With the British outfit just finishing off a successful tour of China and still reaping high praise for their I Still Hate You EP released this past January pop punkers The Bottom Line spark off another seriously busy period by uncaging its title track as their new single.

The London quartet is poised to hit Canada and the US on tour alongside Simple Plan before undertaking a set of already sold out UK dates with US outfit Waterparks, all over the next month and a half. It is a period echoing an eight week period last year which, again with the Canadian band on their World Tour, saw The Bottom Line travel across 14 countries. I Still Hate You is the perfect spark to set things off, an attention grabbing slice of what is making the band one of the most potent propositions on the independent scene.

Unerringly catchy but with an irritability which swiftly gets its claws into the imagination, the single instantly has the hips swinging and body bouncing in tandem with its own aural animation. Spiky riffs infest the imagination as they spring from the initial melodic glaze cast by lead guitarist Tom Newton, their almost grouchy presence backed by the biting beats of Matt Bicker. The throaty grumble of Max Ellis’ bass adds to the pleasure and a predacious edge tempered nicely by the infectious vocal presence of guitarist Callum Amies, his inviting tones backed by the equally warm tones of Ellis.

As the track continues to boisterously stroll, offering plenty of enticing twists and turns along the way, a Hagfish like hue roars as a Blink 182 scent teases; flavouring when added to the band’s own creative tenacity has the body leaping and an appetite for move slavering.

As the last, this year has been and continues to be a busy one for The Bottom Line, I Still Hate You showing why it is also being a highly successful one.

I Still Hate You is out now; check out its video on the Video Selector page @

The Bottom Line Tour dates:

August 20th – The Anvil, Bournemouth

August 23rd – Prague – with The Offspring

 

On tour with Simple Plan from August 25th to Sept 3rd in America and from 5th September to 19th September in Canada (See dates on The Bottom Line website).

 

UK Tour with Waterparks (sold out!)

Sept 21st – Bristol Fleece

Sept 22nd – Nottingham, Rescue Rooms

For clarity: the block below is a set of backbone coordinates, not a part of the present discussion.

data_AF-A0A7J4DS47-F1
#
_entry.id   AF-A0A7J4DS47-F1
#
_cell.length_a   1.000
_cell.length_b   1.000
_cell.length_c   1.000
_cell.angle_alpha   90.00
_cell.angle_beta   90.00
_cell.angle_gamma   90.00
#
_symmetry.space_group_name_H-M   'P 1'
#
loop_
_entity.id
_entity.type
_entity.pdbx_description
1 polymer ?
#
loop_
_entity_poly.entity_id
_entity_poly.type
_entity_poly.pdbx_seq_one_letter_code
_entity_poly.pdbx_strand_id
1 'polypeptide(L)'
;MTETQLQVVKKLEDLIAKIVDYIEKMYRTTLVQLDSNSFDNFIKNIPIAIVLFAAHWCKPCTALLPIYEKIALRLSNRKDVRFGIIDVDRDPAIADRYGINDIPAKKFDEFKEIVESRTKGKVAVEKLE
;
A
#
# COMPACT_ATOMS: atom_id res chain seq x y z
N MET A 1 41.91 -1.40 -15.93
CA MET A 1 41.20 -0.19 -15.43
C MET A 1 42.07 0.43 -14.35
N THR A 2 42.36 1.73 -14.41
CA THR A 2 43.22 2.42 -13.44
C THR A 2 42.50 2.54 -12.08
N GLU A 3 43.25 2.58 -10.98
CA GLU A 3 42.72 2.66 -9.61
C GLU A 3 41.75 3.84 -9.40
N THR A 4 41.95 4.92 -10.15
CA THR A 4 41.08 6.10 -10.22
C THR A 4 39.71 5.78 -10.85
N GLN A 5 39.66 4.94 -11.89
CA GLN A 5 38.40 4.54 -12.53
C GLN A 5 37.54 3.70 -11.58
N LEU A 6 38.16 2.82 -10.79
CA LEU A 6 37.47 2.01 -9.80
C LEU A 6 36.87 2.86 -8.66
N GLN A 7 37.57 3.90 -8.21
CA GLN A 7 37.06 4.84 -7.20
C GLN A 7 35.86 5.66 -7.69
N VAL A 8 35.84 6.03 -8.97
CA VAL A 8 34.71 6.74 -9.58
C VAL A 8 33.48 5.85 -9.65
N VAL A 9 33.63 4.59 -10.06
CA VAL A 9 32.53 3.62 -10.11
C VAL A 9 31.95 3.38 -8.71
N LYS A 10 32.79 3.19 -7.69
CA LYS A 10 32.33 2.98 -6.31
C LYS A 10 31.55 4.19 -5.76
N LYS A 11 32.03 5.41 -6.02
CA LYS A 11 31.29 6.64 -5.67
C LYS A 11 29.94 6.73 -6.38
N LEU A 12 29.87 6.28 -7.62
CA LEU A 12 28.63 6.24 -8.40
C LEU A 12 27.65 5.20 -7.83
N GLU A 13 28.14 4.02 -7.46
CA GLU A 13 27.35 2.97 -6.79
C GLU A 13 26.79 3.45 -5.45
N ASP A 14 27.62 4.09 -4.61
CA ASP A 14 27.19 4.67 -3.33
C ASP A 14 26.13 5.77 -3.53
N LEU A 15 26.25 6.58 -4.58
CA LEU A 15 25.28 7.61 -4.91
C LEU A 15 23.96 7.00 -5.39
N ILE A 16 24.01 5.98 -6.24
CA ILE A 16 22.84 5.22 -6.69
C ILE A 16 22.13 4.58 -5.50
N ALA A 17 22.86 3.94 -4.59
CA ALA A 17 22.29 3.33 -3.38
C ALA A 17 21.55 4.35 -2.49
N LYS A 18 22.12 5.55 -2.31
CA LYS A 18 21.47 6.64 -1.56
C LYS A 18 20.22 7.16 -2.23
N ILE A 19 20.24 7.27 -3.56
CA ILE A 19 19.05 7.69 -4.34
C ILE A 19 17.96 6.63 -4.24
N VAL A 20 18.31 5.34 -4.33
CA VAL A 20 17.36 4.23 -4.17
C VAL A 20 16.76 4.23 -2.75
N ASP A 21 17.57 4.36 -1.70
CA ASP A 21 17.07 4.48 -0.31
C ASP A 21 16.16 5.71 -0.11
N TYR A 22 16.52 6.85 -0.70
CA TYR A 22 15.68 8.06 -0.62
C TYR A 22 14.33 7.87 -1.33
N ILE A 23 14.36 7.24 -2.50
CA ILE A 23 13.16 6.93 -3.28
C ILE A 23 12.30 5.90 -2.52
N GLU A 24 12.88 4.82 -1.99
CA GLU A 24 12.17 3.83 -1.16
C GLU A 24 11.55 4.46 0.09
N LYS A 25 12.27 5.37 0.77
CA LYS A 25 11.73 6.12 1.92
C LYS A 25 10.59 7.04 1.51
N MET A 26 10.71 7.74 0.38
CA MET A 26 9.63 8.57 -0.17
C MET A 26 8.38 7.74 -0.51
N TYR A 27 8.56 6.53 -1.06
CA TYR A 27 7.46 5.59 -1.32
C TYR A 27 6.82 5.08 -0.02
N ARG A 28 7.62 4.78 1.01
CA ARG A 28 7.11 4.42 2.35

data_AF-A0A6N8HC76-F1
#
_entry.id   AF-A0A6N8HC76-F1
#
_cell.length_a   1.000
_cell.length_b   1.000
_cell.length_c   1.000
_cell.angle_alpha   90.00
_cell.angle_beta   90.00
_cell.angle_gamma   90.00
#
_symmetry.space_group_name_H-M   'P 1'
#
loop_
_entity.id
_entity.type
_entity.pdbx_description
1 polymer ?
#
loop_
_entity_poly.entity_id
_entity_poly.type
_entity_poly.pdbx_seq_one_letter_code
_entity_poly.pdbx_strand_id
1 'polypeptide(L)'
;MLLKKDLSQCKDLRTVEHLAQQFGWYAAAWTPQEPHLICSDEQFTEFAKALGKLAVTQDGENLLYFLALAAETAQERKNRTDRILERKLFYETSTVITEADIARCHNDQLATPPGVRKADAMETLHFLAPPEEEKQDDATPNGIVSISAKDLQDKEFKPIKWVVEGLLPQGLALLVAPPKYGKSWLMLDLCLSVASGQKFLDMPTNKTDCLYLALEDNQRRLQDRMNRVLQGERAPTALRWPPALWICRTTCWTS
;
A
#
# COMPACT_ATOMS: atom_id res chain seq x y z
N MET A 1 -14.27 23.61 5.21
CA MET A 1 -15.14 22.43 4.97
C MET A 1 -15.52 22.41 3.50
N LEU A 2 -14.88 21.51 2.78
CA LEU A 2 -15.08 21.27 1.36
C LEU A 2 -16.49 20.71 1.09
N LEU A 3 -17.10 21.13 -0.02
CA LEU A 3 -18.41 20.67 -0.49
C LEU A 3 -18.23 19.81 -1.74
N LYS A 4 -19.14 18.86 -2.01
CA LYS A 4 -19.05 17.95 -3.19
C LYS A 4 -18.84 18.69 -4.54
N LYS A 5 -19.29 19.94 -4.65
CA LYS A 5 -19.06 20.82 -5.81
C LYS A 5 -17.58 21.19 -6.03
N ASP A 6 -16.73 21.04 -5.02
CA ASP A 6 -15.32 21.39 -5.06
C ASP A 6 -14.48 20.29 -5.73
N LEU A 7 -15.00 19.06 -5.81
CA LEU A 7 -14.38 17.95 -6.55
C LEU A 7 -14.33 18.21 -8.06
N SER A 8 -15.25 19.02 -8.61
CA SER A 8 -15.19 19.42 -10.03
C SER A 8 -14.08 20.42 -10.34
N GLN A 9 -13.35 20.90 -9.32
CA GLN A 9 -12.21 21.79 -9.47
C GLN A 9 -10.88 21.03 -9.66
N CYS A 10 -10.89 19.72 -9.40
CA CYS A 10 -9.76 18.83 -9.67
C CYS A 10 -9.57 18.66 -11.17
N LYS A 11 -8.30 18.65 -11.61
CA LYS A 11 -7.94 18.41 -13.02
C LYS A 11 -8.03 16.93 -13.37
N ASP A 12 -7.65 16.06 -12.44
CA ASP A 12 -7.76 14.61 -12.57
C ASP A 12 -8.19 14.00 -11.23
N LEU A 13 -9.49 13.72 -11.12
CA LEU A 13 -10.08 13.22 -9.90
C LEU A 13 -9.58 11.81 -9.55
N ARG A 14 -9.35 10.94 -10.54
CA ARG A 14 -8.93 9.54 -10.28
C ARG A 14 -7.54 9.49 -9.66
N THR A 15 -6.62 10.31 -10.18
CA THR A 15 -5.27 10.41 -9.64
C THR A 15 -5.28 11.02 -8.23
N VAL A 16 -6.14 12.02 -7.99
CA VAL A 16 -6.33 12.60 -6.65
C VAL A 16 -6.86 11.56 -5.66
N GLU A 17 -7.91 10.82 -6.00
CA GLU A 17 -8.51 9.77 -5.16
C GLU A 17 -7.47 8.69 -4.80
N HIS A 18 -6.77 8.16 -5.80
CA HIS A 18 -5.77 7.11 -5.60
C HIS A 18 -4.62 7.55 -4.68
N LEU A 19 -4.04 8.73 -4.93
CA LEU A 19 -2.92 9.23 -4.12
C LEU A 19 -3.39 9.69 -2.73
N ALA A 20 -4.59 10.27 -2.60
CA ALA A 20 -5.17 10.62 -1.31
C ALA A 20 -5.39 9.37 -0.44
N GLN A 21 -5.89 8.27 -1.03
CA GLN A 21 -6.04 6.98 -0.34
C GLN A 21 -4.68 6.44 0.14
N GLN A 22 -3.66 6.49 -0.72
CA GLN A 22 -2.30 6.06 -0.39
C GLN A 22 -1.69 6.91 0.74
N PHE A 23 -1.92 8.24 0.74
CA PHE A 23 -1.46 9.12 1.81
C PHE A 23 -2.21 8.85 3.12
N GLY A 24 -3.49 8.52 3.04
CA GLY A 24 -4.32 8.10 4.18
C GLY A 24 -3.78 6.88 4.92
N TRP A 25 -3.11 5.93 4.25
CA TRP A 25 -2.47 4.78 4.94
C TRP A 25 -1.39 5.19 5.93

Sept 23rd – Newcastle – O2 Academy 2

Sept 24th – Glasgow – King Tut’s

Sept 26th – Leeds – Key Club

Sept 27th – Manchester – Academy 3

Sept 28th – London – Underworld

Sept 29th – Birmingham – Academy 2

Sept 30th – Brighton – The Haunt

http://thebottomlineuk.com/    https://www.facebook.com/thebottomlineUK/    https://twitter.com/thebottomlineuk

Pete RingMaster 17/08/2017

Copyright RingMaster: MyFreeCopyright

Maypine – In The Back Of My Mind

Providing a rather strong introduction to themselves, British pop-punks Maypine release their debut EP this month. In The Back Of My Mind offers five tracks of infectious melodic punk bursting with potential and an already revealing potent craft in songwriting and enterprise. It is not jaw dropping or particularly unique but certainly commands eager attention with ease, success in anyone’s book.

Formed around the middle of last year and rising from the ever vibrant Brighton music scene, Maypine soon showed their strengths and lures on the local live scene, continuing to draw support and acclaim thereon in leading up to the imminent release of their first EP. Recorded with producer Ian Sadler (ROAM/Homebound), it opens up with recent single A Little Sooner which soon has ears cupped in a weave of melodic guitars speared by striking rhythms. From their midst, a strolling gait loaded with instinctive catchiness breaks, vocalist Jason Payne backed by the equally alluring tones of rhythm guitarist Dan Jarvis, magnetic at the fore. It is hard not to be swept up in the song’s infectious nature and exploits, lead guitarist Becky East weaving a captivating web of melodic and enterprise to seal the deal.